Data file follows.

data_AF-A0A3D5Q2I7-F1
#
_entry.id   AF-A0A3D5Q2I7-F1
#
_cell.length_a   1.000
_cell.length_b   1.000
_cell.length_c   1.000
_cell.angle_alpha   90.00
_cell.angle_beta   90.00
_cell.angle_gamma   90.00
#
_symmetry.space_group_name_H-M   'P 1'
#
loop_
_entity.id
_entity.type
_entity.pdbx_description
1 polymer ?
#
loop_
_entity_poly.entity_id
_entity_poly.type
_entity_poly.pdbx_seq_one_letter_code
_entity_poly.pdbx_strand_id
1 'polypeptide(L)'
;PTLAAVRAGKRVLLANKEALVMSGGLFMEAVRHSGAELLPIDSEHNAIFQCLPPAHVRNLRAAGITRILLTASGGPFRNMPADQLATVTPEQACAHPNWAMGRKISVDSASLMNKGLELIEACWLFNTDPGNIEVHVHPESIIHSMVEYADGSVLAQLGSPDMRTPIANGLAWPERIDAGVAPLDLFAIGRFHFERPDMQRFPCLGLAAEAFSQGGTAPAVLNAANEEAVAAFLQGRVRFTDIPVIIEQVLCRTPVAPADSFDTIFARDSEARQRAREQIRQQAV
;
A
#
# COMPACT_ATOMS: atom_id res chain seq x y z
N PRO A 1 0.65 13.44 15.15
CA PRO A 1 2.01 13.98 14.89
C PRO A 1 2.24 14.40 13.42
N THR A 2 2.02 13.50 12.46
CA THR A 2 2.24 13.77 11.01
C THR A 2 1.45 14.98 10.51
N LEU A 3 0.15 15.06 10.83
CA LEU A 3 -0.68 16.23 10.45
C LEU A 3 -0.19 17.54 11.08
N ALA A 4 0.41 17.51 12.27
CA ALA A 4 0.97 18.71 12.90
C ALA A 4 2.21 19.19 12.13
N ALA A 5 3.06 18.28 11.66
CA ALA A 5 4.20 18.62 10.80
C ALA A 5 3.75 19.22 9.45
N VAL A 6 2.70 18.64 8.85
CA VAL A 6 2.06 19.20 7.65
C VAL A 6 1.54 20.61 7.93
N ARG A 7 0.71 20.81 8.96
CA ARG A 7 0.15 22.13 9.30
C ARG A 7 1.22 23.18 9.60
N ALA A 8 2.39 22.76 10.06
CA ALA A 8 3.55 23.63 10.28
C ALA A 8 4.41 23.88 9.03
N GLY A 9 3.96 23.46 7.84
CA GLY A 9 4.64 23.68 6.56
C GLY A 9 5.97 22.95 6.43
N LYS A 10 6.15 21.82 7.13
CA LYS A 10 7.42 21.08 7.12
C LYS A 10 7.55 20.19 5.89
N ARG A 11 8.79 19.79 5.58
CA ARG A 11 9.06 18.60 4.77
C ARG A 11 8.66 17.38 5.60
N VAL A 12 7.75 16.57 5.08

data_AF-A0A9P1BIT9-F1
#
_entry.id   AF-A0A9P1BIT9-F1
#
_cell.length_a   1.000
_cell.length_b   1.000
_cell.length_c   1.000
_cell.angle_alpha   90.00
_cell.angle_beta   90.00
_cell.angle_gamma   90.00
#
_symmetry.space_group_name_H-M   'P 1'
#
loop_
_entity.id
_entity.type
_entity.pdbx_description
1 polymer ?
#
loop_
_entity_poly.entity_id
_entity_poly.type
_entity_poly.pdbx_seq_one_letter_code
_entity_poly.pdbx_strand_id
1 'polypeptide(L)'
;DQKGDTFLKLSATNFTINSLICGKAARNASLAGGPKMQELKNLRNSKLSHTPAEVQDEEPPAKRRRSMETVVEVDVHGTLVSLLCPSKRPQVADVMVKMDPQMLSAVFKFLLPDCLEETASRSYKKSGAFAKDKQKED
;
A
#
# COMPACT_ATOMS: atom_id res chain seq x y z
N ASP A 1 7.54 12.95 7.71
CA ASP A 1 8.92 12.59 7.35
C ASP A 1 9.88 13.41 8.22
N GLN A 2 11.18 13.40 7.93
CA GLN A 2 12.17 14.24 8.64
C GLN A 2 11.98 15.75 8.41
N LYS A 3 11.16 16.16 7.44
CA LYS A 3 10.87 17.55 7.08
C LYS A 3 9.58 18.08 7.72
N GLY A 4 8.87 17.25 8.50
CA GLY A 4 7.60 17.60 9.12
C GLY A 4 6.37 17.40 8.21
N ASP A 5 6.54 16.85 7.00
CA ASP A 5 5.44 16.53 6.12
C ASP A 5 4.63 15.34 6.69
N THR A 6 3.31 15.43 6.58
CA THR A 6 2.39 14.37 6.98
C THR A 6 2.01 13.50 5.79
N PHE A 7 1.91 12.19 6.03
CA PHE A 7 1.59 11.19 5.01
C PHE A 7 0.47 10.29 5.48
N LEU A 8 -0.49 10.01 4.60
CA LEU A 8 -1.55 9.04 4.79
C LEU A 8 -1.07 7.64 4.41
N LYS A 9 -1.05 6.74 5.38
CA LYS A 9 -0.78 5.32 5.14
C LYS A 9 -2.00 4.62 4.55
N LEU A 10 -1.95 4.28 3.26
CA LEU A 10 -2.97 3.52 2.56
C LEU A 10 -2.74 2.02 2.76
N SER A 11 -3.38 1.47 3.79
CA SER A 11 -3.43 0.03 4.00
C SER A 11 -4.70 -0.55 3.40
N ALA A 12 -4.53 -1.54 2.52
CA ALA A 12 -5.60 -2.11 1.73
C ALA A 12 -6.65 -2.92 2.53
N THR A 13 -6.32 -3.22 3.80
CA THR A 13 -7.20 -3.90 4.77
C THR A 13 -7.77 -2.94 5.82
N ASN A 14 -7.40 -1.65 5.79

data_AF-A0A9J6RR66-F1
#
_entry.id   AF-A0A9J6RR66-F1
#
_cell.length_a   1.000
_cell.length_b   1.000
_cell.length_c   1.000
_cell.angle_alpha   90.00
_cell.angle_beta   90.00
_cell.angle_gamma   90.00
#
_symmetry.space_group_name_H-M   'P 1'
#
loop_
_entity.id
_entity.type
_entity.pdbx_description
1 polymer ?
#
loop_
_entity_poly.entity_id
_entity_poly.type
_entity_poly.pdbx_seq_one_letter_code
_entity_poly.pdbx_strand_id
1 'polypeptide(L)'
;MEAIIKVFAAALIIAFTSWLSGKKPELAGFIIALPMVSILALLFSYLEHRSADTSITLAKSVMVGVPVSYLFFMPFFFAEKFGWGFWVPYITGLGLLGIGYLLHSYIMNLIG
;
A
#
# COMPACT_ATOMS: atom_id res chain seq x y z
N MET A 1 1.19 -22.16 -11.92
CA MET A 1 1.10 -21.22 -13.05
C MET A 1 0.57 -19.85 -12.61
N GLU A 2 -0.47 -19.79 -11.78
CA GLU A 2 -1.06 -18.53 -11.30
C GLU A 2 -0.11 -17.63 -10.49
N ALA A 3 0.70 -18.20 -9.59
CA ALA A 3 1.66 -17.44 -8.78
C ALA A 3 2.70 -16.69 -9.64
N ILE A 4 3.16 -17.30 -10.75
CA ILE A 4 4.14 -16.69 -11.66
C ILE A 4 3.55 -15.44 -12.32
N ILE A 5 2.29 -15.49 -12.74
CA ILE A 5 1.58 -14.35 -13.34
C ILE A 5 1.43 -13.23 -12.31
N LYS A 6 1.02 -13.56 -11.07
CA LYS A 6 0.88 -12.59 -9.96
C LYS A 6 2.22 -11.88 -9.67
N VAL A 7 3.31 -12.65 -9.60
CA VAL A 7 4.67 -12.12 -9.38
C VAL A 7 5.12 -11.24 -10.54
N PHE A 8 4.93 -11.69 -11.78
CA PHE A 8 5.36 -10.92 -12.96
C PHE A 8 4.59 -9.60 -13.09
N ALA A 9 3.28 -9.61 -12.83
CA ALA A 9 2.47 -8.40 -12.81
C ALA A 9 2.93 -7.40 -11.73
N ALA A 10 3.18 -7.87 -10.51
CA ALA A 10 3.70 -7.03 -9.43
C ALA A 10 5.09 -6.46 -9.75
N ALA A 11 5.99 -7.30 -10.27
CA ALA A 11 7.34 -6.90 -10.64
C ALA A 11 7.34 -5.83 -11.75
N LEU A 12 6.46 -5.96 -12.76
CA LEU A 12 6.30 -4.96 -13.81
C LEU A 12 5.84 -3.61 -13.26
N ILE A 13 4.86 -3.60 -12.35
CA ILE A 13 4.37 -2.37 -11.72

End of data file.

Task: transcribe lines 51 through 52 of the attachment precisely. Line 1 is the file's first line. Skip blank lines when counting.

C ARG A 7 1.22 23.18 9.60
N ALA A 8 2.39 22.76 10.06